More than two years have passed since Egyptians brought down the Mubarak regime.
Indisputably, modern information and communication technologies (ICTs) have played a significant role in the events of the Arab citizen uprisings of 2011 (as well as other recent instances of citizen action around the world). The exact nature of this role is, however, have been – and are still – subject to rife conjecture and intense debate, especially when it comes to the extent to which digital social media and new communication technologies can continue to strengthen enduring grassroots drives for desirable social change in the Arab World and beyond. What could be claimed with a safe degree of certainty, however, is that extant paradigms of power, participation and representation are being challenged and ways of thinking about grassroots activism are being revisited in attempts to make sense of the shifting landscape of collective political action, especially with new technologies playing a center-stage role.
Social media in post-revolution Egypt
More than two years have passed since Egyptians brought down the Mubarak regime, yet little has changed. The seemingly ineradicable structures of hegemonic control and anti-democratization are being further fortified by the Muslim Brotherhood, who were previously been a political underdog, abusing ballot wins (having amassed popular sympathy as one of the oppressed political opponents of the ousted regime) to dominate the Egyptian political arena and consolidate sweeping powers over all facets of governance, legislation and national decision-making with complete disregard to demands for genuine democratic reforms and sociopolitical transformation.
I wrote before about what I believe to be the big picture of the role of social media in providing a conduit of activism in Egypt under Mubarak, where online discourses on change were ‘incubated’ virtually within a highly stifled ‘real’ public sphere (in which ‘real’ activism was also alive and well, despite continuous state intimidation). The dynamic relationship between the virtual and the real was central in collective organizing, mobilization and establishing a requisite ideological kinship to bring down a deeply entrenched regime. Now that there is a continued abuse of power under a new regime which is highly cognizant of the dangers posed by citizen media and ubiquitous social networking, how relevant is ‘virtual activism’ in the persevering resistance against continued and intransigent oppression and despotism?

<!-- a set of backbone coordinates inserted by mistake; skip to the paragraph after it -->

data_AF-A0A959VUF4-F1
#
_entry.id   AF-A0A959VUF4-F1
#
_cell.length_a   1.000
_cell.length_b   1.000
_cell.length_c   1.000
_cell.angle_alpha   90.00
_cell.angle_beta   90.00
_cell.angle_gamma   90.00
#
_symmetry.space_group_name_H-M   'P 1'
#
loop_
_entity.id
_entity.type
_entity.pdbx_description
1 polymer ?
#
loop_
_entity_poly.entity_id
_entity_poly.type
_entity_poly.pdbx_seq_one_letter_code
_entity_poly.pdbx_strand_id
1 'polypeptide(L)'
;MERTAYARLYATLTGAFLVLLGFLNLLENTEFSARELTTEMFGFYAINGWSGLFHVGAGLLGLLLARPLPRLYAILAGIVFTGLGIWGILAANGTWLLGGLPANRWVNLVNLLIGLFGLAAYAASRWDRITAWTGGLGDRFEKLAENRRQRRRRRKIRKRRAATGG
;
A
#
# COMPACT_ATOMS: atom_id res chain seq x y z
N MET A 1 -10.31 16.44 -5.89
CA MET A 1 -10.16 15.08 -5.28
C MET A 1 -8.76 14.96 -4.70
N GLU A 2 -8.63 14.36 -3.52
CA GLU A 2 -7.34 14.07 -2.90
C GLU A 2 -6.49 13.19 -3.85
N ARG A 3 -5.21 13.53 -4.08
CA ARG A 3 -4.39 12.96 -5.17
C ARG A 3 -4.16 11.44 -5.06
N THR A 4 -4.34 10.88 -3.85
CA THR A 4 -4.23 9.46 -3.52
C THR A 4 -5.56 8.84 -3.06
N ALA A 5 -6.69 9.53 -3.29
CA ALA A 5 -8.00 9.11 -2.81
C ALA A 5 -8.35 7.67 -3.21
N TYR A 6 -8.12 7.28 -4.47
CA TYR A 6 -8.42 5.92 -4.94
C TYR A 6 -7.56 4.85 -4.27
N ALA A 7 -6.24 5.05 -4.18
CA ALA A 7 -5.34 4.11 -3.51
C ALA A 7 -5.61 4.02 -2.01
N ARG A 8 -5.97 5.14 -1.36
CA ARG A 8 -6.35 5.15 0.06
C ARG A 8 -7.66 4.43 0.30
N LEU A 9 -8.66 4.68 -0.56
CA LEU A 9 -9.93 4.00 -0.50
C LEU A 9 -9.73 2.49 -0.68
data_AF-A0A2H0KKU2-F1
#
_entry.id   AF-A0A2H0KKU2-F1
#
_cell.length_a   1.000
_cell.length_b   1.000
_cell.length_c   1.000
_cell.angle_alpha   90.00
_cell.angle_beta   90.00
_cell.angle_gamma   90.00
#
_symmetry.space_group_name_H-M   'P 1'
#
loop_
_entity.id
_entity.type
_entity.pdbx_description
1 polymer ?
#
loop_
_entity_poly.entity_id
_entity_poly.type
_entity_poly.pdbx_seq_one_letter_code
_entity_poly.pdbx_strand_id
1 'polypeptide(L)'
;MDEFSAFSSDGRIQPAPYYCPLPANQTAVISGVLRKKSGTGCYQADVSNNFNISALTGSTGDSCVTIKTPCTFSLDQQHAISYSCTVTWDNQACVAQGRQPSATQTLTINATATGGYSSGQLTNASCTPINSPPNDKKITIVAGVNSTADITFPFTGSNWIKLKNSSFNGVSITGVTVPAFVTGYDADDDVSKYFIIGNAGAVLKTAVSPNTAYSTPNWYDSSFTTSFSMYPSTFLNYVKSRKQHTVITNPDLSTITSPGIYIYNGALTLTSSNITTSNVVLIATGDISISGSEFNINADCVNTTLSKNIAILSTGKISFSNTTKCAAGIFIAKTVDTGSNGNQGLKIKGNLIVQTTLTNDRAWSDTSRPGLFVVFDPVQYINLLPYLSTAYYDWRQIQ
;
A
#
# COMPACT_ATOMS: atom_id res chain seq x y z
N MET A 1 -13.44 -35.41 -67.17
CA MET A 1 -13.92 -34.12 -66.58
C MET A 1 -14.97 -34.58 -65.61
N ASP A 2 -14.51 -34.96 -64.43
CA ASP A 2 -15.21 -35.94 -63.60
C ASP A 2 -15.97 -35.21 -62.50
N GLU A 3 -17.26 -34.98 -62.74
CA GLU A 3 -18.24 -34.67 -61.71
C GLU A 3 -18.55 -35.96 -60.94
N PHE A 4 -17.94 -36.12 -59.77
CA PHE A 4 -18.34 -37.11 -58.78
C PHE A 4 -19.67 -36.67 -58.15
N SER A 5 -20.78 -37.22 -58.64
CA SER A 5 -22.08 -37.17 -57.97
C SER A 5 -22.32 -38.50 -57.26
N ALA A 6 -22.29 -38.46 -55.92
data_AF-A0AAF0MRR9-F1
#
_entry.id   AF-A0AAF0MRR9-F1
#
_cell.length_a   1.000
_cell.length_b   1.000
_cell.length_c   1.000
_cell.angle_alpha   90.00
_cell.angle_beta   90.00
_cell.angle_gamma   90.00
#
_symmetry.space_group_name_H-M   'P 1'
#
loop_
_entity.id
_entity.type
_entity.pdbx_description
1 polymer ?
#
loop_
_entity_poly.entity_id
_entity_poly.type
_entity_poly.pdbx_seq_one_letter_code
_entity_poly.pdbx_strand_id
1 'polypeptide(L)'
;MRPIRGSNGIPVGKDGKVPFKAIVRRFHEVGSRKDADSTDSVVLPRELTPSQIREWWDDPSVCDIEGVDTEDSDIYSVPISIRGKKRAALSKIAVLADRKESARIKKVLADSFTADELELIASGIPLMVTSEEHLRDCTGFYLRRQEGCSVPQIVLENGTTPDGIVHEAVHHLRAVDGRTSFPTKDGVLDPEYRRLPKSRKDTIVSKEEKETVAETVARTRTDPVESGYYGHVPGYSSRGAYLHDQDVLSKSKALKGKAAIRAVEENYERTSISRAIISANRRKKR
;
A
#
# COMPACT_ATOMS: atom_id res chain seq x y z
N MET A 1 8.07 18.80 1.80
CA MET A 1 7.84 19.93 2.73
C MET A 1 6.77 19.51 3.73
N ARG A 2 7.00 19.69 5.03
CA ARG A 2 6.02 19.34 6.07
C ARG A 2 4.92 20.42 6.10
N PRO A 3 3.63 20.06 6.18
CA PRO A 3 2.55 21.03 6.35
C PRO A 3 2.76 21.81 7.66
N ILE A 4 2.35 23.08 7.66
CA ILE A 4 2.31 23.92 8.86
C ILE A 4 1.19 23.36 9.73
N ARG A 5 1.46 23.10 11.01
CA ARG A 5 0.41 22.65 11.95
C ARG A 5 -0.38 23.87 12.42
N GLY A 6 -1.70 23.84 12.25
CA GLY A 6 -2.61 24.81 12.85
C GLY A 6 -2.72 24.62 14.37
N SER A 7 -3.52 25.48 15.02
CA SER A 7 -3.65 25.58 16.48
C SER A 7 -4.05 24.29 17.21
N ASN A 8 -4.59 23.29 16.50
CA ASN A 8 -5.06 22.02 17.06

The changing face of dissent
It would be overly simplistic as well as analytically myopic to look at the relationship between emerging communication technologies and widespread citizen action from the perspective of ‘technology-as-cause’; which essentially suggests that if the oppressed acquire enabling technologies, they can and will revolt and claim their rights. At the core of any attempts at theorization of the interface between technology and collective action, I argue, should be the fundamental premise that there is nothing new about citizens claiming their rights and fighting oppression, yet there is a lot that is indeed new in how they go about doing so. While ascribing any successes or failures of technology-facilitated popular action to solely the ‘digital’ in ‘digital activism’ is short-sighted, downplaying the extent to which new technologies are causing radical shifts in citizen-state relationships will yield equally deficient understandings of these emerging dynamics.